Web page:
Obviously Max Verstappen and Charles Leclerc have, quite frankly, been in a world of their own ever since the lights went out in Bahrain.
But you may spot a few notable absentees and perhaps some surprise inclusions in our list along the way. Don't be spitting your tea out in incredulity at our choices...tea shouldn't be wasted.
He is not in control of the World Championship, in fact trails by 19 points, but that is no fault of the title-holder whose record is perfectly simple - he has won every race he has finished in 2022 so far.
Red Bull RB18 breakdowns in Bahrain and Australia have cost the Dutchman 36 points and but for those, he would be comfortably ahead at the top of the standings.
There appears to be a greater maturity about the 24-year-old with that dramatic success of last season under his belt and certainly in the first five races of this campaign he has made no significant mistakes.
Favourite again to retain his crown after back-to-back triumphs at Imola and Miami, Verstappen will be confident of returning to top spot in the championship over the course of the next few races if Red Bull can marry reliability to the striking pace of their car and driver.
One very obvious error in the form of a spin at Imola that cost him seven points marks a blemish on Leclerc's season, but apart from that it is impossible not to have been impressed with what he has produced.
Ferrari's major step up in competitiveness with the F1-75 car could only be maximised with a driver capable of driving it to best effect, and for the vast majority that is exactly what Leclerc has done.
Right from the get-go the 24-year-old Monegasque has been on the pace, taking pole position and victory in rounds one and three - and completed the coveted grand slam on the latter occasion. He had Verstappen behind him each time when the Red Bull driver exited.
Perhaps the most impressive aspect of all, however, is how Leclerc has reasserted his 'golden boy' status at the Scuderia - responding in the perfect fashion after being beaten by Carlos Sainz in last year's championship. This time around, it is Sainz making more of the mistakes.
At a team like Mercedes, being thrown in at the deep end, a driver has to quickly swim or find himself sinking - and Russell is keeping his head above water brilliantly following his promotion for this term.
So much so that the 24-year-old has beaten his seven-time former World Champion team-mate Lewis Hamilton in all of the last four races, building a 23-point advantage over his fellow Briton.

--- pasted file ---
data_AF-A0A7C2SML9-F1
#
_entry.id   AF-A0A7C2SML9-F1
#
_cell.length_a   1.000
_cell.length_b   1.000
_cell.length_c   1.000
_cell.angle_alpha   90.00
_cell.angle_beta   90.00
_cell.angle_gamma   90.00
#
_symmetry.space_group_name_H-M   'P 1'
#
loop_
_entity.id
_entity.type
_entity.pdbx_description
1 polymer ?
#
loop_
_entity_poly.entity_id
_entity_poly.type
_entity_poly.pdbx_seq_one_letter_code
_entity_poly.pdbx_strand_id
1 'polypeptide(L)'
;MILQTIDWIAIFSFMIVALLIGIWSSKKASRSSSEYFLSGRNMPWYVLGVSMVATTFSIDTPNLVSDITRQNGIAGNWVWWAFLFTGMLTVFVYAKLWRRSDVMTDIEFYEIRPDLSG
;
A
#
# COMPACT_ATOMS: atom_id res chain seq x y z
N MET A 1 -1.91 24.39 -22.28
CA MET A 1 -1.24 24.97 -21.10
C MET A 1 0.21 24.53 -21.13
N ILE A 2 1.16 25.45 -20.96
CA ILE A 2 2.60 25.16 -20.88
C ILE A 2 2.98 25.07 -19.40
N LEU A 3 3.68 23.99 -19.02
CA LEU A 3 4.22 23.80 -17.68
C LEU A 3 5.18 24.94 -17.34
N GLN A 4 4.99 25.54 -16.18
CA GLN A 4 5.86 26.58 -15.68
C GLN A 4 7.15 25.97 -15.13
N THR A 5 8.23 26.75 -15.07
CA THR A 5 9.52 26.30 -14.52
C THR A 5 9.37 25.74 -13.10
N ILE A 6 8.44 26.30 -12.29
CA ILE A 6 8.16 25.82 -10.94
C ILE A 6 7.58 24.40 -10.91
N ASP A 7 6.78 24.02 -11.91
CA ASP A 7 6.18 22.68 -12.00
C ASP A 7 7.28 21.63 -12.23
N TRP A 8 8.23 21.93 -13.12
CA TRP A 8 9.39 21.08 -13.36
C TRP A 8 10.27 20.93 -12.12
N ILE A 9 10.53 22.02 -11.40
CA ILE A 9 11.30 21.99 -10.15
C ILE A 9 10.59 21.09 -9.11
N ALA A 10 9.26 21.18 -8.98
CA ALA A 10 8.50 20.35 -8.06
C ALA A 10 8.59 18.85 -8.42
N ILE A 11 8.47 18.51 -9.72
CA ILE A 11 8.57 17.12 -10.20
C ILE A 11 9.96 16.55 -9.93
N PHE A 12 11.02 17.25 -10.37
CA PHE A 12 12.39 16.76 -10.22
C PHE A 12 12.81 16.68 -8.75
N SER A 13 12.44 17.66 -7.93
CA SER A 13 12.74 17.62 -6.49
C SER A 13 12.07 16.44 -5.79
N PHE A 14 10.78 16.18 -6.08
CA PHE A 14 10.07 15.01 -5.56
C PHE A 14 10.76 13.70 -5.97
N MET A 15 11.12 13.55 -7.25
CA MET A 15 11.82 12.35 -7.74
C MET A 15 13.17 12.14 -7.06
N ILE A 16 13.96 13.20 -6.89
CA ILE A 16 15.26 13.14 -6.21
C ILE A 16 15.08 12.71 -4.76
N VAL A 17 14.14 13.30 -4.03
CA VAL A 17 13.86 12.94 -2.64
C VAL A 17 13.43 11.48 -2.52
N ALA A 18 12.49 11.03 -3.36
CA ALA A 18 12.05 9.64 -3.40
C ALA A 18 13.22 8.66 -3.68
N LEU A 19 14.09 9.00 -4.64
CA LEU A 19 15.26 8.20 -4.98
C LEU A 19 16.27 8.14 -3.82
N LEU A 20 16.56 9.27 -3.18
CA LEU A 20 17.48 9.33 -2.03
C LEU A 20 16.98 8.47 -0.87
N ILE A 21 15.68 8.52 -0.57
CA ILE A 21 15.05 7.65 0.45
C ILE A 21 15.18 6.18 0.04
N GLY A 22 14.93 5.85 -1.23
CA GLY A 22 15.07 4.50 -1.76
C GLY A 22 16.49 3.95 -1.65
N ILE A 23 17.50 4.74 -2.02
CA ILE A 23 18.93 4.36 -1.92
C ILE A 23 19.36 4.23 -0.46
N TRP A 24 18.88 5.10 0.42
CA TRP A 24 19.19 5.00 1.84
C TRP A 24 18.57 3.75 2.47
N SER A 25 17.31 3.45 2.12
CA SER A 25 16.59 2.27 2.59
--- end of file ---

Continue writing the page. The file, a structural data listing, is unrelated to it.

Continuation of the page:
Yes, Russell has enjoyed better luck with strategy and Safety Cars than Hamilton. But to an extent, he has made his own good fortune with some inspired tactical thinking of his own.
The Mercedes W13 is a difficult, 'porpoising' diva of a car about which both drivers have been vocal.
However, Russell is doing a better job than Hamilton of working around it - and being the only driver with five top-five finishes this season is a real feather in his cap.
If we are impressed with Russell, how can we not be also with the man he replaced at Mercedes? Bottas has certainly not gone away quietly towards the back of the pack.
Even though the big regulation changes were designed to potentially shake up the order, few experts thought Mercedes and Alfa Romeo would be regularly fighting for position - but that is what has unfolded.
The Alfa Romeo C42 is a much better car comparatively than they have had in the last few years but, like Leclerc at Ferrari, they needed a driver to get the most out of it. And Bottas has done exactly that, showing he remains a highly talented F1 racer after exiting the Mercedes cauldron.
It is no great surprise the Finn's rookie team-mate Zhou Guanyu has only one point so far, but Bottas has racked up an excellent total of 30 from four top-eight finishes - and arguably, it should even have been more.
There were a couple of other candidates in the mix and it may be harsh to omit Kevin Magnussen in particular, but Albon just shades it by a few thousandths of a second for our last spot.
That is down to the Thai racer having grabbed a few points for Williams with a car that, frankly, barely looks capable of that achievement, and a huge part of the relative success is down to him.
Back on the grid after a year on the sidelines, Albon looks like he has never been away - apart from the red hair dye - and his outstanding tyre preservation has been especially key in making some steep climbs up the order from unpromising grid positions.
Team-mate Nicholas Latifi is looking something of a lost cause as he struggles badly with an FW44 that is probably the worst car on the grid, so carrying all hopes on his shoulders single-handedly - despite being so new to Williams compared with his colleague - only adds further kudos to what Albon is achieving.